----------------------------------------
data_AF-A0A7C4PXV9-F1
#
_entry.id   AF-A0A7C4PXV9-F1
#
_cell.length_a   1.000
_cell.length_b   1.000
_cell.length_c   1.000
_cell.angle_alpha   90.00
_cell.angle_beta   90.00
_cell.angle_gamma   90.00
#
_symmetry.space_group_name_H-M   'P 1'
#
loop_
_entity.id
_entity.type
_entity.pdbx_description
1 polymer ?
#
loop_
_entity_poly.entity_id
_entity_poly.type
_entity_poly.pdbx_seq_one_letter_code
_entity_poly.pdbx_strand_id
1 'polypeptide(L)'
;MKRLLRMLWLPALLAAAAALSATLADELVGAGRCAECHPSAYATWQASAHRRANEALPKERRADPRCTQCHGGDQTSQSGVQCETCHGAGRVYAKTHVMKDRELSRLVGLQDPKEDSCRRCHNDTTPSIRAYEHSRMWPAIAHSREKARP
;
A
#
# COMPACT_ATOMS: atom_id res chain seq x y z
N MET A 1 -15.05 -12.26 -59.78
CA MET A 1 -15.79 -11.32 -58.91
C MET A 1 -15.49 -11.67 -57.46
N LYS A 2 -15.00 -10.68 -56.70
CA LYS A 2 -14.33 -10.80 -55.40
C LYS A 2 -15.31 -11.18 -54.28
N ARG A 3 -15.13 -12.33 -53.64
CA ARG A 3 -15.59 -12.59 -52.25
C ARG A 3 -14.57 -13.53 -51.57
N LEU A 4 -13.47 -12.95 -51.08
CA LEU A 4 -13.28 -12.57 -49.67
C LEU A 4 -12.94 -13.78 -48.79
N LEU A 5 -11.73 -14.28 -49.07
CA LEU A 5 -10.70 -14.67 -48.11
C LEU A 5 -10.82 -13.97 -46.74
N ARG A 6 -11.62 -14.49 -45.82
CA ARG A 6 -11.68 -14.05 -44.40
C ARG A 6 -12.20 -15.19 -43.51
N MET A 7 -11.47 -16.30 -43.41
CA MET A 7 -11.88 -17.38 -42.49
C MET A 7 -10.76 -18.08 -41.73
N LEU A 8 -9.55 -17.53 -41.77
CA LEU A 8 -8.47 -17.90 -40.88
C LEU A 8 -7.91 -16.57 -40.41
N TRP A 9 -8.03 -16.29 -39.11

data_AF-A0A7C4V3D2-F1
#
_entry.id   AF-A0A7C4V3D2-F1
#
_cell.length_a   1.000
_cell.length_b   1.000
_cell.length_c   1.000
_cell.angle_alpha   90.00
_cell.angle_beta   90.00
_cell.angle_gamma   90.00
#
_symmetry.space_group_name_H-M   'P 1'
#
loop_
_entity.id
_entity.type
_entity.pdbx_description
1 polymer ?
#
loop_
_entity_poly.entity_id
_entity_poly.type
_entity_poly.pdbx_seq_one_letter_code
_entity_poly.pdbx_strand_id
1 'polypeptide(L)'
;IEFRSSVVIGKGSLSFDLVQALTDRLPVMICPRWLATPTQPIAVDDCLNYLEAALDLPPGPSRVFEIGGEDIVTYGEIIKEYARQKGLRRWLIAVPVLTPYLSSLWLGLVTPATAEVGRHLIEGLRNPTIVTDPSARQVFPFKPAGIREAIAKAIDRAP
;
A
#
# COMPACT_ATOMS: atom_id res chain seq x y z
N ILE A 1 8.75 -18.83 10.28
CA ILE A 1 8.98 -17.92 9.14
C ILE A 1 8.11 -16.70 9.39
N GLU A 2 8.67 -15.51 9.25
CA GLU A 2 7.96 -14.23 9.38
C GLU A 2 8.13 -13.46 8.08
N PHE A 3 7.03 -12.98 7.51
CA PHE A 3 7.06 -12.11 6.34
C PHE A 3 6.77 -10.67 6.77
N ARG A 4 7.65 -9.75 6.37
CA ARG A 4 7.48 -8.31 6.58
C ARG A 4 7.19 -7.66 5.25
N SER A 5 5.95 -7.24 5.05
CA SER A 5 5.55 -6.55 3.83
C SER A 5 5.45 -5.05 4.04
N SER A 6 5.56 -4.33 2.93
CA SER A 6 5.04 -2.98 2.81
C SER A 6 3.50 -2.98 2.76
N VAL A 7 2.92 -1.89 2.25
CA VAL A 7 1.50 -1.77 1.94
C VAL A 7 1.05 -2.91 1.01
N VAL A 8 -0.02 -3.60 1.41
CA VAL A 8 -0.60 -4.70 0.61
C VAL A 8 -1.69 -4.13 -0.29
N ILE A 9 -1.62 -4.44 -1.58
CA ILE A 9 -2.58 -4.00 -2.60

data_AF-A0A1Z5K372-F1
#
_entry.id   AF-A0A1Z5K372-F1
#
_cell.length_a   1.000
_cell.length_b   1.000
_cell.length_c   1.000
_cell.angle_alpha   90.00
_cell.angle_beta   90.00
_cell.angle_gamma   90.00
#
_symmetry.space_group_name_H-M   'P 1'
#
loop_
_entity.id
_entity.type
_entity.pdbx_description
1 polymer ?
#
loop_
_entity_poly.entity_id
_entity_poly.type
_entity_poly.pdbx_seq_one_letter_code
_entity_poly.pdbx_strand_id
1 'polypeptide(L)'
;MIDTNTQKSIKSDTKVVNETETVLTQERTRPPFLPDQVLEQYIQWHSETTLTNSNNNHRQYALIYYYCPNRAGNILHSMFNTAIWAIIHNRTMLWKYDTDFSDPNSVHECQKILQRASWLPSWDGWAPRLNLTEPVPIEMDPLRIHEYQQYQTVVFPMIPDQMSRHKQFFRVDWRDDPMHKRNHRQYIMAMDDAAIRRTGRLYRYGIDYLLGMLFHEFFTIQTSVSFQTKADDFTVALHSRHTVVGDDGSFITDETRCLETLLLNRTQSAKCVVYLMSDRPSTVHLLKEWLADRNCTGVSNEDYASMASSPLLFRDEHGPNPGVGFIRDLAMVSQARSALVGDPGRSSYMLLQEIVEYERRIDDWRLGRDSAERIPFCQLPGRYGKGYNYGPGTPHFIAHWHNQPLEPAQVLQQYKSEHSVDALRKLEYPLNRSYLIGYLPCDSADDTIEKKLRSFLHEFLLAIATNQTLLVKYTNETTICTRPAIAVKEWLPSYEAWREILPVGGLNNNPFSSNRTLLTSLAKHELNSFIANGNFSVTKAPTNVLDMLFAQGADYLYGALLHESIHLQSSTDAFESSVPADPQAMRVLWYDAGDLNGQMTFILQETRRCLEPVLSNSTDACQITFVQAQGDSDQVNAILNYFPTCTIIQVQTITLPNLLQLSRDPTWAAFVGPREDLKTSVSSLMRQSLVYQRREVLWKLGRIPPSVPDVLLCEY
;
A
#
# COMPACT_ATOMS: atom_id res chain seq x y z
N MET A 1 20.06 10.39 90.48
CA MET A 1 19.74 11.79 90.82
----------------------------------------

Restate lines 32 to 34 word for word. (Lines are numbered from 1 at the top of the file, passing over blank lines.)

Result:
CA MET A 1 -15.79 -11.32 -58.91
C MET A 1 -15.49 -11.67 -57.46
N LYS A 2 -15.00 -10.68 -56.70